But Deneen scoffs at the attention Murray pays to such trivialities, because Deneen has no time for “liberal regime propaganda.” According to Deneen, “It seems that Murray and Kendi are burning two sides of the same candle, propping up a revolutionary regime by ensuring that everyone remain obsessed by the latest identity outrage.” Being a post-liberal, Deneen, like other writers for Compact, enjoys going after the remnant of free-market capitalism and defending economic redistribution—when he’s not mocking the attention given to antiwhite racial animosity. This occasions a question: Why would the left bother to criticize Deneen and those of his ilk? They seem to be on no ideological collision course with anyone in the establishment, even if they do provide some decorative rhetoric against those who talk about the antiwhite racism that the woke left is now spreading. The highly respectful treatment that Deneen and Compact have received from The Guardian, The Washington Post, and The New York Times makes one wonder whether there is, in fact, nothing insurmountable that separates them from the left, or at least from the left’s perception of them.
Failing to notice what Murray calls to our attention requires a concentrated effort not to face reality. The sometimes quite provocative post-liberal Deneen rightly challenges, in the name of Aristotelianism, John Locke’s social-contract understanding of the state and his accompanying natural-right suppositions. But does Deneen’s theoretical anti-Lockeanism prohibit him from caring about racism directed collectively against white people? Although I fully share Deneen’s skepticism about natural rights and prefer Aristotle to Locke, I must part ways with Deneen concerning what a defense of our civilization should entail. It starts with not turning a blind eye to a real evil. It is impossible for me not to recoil from the ominous character of leftist racism. The question for me is how we should understand why that noxious habit is there and why it continues to grow worse.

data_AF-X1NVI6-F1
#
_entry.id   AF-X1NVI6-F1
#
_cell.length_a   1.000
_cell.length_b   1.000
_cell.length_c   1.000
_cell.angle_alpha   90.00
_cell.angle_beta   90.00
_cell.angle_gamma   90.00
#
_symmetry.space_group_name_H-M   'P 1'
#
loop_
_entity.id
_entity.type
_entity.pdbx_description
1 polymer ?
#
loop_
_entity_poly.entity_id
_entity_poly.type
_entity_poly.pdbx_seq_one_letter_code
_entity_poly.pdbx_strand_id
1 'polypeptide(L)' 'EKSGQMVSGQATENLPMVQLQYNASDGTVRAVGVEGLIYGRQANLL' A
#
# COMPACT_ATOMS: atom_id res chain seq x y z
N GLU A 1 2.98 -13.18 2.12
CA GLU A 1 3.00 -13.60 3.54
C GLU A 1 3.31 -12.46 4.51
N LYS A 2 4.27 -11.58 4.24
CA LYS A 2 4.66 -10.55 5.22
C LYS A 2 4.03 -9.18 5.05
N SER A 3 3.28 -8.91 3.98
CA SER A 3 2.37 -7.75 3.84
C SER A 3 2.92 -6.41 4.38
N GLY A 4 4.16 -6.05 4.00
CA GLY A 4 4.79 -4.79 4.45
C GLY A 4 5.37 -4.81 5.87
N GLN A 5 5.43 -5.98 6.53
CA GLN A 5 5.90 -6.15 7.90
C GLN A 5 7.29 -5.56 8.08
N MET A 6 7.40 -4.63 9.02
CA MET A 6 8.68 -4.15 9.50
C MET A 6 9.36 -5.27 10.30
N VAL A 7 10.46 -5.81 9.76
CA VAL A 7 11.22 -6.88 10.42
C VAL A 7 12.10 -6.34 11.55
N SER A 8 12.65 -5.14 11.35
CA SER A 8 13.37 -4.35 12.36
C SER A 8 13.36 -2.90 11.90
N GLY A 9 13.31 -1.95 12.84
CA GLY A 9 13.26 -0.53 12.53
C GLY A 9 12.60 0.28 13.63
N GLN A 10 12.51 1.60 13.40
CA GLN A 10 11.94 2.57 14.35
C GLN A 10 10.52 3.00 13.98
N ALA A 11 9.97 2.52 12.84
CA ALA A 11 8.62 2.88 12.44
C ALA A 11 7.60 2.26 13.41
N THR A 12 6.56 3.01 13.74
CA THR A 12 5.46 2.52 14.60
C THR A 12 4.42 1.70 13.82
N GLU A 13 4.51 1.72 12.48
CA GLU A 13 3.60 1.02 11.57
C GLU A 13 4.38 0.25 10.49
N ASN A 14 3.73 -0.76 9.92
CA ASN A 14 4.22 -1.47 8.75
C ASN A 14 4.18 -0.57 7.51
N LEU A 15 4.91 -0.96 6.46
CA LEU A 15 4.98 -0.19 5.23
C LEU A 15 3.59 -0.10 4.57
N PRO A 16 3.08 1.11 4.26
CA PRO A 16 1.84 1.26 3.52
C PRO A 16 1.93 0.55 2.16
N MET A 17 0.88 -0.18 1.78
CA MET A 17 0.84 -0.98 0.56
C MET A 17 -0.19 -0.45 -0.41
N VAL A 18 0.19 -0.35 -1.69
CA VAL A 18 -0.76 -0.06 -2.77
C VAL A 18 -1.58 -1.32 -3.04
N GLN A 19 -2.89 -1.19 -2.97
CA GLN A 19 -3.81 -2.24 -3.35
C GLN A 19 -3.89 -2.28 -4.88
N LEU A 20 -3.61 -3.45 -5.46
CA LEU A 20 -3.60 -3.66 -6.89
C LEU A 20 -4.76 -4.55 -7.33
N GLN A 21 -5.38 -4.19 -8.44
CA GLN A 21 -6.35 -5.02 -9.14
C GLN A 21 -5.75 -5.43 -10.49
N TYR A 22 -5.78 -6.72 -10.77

Black racists at BLM and other groups are clearly not the only ones responsible for this situation, but they do deserve blame for lashing out relentlessly against whites. America’s black community as a whole has voted consistently for racist demagogues like California Congresswoman Maxine Waters and Chicago Mayor Lori Lightfoot. Finally, blacks must share the blame for not working more energetically to solve their problems of communal violence instead of turning on the police, who are required to deal with the crime committed by blacks against other blacks.
But there is other blame to go around, too, especially among the white left, which stokes racial hatred while pretending to alleviate it. At the end of the day, antiwhite racism is being manipulated by white elites, who are inciting blacks to vent their hatred on disfavored whites and Asians. It may be more useful for Patrick Deneen, a person of obvious analytic talents, to examine this mess rather than pooh-pooh divisions within the “liberal regime.”